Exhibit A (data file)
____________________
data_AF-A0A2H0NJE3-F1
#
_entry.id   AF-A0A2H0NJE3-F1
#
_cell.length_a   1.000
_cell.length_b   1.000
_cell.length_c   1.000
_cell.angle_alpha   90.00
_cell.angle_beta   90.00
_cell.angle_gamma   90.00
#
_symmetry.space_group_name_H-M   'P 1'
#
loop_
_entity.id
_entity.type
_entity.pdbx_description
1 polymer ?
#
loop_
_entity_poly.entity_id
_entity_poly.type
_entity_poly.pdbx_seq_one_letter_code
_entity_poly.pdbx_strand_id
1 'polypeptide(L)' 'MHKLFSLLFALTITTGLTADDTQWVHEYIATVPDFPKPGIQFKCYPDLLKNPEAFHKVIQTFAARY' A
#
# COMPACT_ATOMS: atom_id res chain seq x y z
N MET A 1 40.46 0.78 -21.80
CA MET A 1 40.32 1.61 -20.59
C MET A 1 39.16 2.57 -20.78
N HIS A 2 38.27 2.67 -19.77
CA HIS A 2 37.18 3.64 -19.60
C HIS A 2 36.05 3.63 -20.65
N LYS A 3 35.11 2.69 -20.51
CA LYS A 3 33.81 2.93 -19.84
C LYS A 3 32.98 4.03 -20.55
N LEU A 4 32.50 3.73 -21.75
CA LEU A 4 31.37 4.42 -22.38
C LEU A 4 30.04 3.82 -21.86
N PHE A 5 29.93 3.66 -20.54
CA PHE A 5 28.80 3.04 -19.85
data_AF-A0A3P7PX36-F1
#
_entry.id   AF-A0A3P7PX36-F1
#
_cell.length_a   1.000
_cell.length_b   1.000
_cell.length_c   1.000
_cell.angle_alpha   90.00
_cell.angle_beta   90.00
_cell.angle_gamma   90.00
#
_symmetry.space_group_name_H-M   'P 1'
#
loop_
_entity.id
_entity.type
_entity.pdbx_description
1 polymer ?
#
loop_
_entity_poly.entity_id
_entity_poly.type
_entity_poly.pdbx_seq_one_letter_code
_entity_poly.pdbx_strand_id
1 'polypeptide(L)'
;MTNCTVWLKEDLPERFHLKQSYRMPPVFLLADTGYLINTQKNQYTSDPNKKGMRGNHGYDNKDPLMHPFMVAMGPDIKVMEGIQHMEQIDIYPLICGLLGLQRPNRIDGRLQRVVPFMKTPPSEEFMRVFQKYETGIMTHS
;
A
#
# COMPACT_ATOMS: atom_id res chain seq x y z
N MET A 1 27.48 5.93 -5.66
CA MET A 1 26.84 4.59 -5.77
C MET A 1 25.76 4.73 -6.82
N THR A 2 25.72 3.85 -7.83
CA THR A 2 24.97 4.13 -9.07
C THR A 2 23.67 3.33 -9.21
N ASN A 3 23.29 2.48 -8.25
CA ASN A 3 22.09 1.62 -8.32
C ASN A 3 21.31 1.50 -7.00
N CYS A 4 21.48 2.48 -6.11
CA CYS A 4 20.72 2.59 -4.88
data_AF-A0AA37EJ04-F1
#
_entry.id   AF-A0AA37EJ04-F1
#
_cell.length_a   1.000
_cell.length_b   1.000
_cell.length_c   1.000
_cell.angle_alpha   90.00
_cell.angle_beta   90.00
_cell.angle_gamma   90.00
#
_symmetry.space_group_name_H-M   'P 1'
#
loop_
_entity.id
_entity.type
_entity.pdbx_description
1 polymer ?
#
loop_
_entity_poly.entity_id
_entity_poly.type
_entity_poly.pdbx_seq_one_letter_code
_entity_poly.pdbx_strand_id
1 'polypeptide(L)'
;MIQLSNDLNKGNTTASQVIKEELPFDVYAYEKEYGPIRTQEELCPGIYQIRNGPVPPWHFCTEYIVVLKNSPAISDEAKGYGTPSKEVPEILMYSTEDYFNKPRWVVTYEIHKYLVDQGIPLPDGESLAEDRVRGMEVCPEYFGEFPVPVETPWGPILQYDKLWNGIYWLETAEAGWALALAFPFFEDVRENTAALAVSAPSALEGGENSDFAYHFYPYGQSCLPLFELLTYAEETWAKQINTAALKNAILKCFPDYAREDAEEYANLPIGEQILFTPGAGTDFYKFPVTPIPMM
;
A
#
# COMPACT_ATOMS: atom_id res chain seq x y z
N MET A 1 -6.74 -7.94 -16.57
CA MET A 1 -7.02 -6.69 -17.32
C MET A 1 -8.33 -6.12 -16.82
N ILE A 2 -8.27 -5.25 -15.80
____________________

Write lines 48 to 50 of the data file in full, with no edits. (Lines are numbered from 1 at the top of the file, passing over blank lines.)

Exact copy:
_cell.length_c   1.000
_cell.angle_alpha   90.00
_cell.angle_beta   90.00